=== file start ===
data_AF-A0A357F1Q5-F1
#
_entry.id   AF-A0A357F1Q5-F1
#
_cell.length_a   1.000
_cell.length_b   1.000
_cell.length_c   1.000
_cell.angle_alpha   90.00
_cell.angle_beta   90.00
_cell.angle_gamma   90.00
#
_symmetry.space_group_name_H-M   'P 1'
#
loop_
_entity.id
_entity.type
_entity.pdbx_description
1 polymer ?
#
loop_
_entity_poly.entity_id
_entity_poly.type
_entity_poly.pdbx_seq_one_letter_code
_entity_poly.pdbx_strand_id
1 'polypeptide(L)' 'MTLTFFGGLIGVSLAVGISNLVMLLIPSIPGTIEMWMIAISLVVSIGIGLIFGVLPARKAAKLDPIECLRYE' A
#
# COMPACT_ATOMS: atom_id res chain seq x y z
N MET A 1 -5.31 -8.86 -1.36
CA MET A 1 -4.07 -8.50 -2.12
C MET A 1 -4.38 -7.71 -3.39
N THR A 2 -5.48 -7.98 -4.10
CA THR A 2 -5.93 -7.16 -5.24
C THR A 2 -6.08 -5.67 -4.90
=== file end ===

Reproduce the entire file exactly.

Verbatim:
data_AF-A0A357F1Q5-F1
#
_entry.id   AF-A0A357F1Q5-F1
#
_cell.length_a   1.000
_cell.length_b   1.000
_cell.length_c   1.000
_cell.angle_alpha   90.00
_cell.angle_beta   90.00
_cell.angle_gamma   90.00
#
_symmetry.space_group_name_H-M   'P 1'
#
loop_
_entity.id
_entity.type
_entity.pdbx_description
1 polymer ?
#
loop_
_entity_poly.entity_id
_entity_poly.type
_entity_poly.pdbx_seq_one_letter_code
_entity_poly.pdbx_strand_id
1 'polypeptide(L)' 'MTLTFFGGLIGVSLAVGISNLVMLLIPSIPGTIEMWMIAISLVVSIGIGLIFGVLPARKAAKLDPIECLRYE' A
#
# COMPACT_ATOMS: atom_id res chain seq x y z
N MET A 1 -5.31 -8.86 -1.36
CA MET A 1 -4.07 -8.50 -2.12
C MET A 1 -4.38 -7.71 -3.39
N THR A 2 -5.48 -7.98 -4.10
CA THR A 2 -5.93 -7.16 -5.24
C THR A 2 -6.08 -5.67 -4.90